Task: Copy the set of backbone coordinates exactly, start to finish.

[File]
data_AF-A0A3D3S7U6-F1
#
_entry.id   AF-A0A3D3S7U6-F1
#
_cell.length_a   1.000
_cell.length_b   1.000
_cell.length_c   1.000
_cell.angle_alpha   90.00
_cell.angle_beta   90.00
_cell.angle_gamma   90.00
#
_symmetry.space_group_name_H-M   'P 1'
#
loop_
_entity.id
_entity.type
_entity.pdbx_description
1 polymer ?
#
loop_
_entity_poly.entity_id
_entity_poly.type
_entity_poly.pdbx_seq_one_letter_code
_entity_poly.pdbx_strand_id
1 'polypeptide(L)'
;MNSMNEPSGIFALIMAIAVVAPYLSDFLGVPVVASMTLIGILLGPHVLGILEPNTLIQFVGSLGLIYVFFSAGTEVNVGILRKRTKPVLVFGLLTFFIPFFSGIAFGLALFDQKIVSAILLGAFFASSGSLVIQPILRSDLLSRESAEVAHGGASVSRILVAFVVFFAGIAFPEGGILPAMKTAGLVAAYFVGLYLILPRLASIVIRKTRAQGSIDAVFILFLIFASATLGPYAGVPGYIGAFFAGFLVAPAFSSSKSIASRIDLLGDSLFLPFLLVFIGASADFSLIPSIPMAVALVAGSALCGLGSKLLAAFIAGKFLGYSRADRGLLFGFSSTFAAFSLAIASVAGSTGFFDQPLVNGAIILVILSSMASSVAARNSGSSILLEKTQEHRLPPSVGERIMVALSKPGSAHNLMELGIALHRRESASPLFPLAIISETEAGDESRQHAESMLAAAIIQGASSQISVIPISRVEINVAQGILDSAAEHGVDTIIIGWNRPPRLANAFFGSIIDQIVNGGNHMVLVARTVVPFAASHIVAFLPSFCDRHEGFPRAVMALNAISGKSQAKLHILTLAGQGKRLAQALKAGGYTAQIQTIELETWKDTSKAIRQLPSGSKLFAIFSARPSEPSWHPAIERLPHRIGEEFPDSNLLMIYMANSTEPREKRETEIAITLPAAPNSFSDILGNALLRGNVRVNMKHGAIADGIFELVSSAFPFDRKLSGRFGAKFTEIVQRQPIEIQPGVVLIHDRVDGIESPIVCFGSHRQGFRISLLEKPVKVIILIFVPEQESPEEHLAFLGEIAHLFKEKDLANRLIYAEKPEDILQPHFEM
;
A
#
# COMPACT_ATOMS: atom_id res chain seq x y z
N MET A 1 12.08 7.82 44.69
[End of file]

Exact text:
data_AF-A0A3D3S7U6-F1
#
_entry.id   AF-A0A3D3S7U6-F1
#
_cell.length_a   1.000
_cell.length_b   1.000
_cell.length_c   1.000
_cell.angle_alpha   90.00
_cell.angle_beta   90.00
_cell.angle_gamma   90.00
#
_symmetry.space_group_name_H-M   'P 1'
#
loop_
_entity.id
_entity.type
_entity.pdbx_description
1 polymer ?
#
loop_
_entity_poly.entity_id
_entity_poly.type
_entity_poly.pdbx_seq_one_letter_code
_entity_poly.pdbx_strand_id
1 'polypeptide(L)'
;MNSMNEPSGIFALIMAIAVVAPYLSDFLGVPVVASMTLIGILLGPHVLGILEPNTLIQFVGSLGLIYVFFSAGTEVNVGILRKRTKPVLVFGLLTFFIPFFSGIAFGLALFDQKIVSAILLGAFFASSGSLVIQPILRSDLLSRESAEVAHGGASVSRILVAFVVFFAGIAFPEGGILPAMKTAGLVAAYFVGLYLILPRLASIVIRKTRAQGSIDAVFILFLIFASATLGPYAGVPGYIGAFFAGFLVAPAFSSSKSIASRIDLLGDSLFLPFLLVFIGASADFSLIPSIPMAVALVAGSALCGLGSKLLAAFIAGKFLGYSRADRGLLFGFSSTFAAFSLAIASVAGSTGFFDQPLVNGAIILVILSSMASSVAARNSGSSILLEKTQEHRLPPSVGERIMVALSKPGSAHNLMELGIALHRRESASPLFPLAIISETEAGDESRQHAESMLAAAIIQGASSQISVIPISRVEINVAQGILDSAAEHGVDTIIIGWNRPPRLANAFFGSIIDQIVNGGNHMVLVARTVVPFAASHIVAFLPSFCDRHEGFPRAVMALNAISGKSQAKLHILTLAGQGKRLAQALKAGGYTAQIQTIELETWKDTSKAIRQLPSGSKLFAIFSARPSEPSWHPAIERLPHRIGEEFPDSNLLMIYMANSTEPREKRETEIAITLPAAPNSFSDILGNALLRGNVRVNMKHGAIADGIFELVSSAFPFDRKLSGRFGAKFTEIVQRQPIEIQPGVVLIHDRVDGIESPIVCFGSHRQGFRISLLEKPVKVIILIFVPEQESPEEHLAFLGEIAHLFKEKDLANRLIYAEKPEDILQPHFEM
;
A
#
# COMPACT_ATOMS: atom_id res chain seq x y z
N MET A 1 12.08 7.82 44.69